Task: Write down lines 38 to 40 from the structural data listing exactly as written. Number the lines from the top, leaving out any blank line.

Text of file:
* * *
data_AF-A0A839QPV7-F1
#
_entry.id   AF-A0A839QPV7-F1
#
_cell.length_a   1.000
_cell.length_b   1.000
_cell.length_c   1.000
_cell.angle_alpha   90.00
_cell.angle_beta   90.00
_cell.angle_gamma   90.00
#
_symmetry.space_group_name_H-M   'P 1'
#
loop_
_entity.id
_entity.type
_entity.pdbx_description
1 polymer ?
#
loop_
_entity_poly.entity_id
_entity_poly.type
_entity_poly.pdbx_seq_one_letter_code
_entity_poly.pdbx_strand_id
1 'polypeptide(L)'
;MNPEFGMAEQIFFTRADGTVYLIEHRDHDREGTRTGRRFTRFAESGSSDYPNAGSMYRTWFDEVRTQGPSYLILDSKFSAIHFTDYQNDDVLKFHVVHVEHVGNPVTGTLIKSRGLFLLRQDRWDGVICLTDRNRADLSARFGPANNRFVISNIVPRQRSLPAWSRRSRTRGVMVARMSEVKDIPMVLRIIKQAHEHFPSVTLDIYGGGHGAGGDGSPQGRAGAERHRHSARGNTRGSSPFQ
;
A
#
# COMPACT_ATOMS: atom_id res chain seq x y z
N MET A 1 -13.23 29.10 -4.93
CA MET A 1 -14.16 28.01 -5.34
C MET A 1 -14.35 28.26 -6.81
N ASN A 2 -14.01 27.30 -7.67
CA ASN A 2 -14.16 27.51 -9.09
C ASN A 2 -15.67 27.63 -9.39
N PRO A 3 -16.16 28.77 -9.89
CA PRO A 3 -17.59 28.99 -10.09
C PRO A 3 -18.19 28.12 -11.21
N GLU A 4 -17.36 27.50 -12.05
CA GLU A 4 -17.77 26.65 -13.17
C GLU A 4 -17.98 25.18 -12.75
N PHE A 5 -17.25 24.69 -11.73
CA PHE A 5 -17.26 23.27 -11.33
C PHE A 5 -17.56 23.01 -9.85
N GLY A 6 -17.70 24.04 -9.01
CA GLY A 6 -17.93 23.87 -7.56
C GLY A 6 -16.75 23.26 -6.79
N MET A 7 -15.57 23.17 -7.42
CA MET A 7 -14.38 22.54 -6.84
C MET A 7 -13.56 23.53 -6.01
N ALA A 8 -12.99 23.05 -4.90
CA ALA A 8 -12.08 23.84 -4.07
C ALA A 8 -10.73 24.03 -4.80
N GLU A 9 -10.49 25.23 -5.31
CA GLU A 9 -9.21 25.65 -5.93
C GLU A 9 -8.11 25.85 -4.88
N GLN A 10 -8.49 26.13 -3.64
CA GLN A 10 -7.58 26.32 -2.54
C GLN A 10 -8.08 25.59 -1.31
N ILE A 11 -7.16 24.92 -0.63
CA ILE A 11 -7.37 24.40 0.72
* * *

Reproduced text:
CA PRO A 3 -17.59 28.99 -10.09
C PRO A 3 -18.19 28.12 -11.21
N GLU A 4 -17.36 27.50 -12.05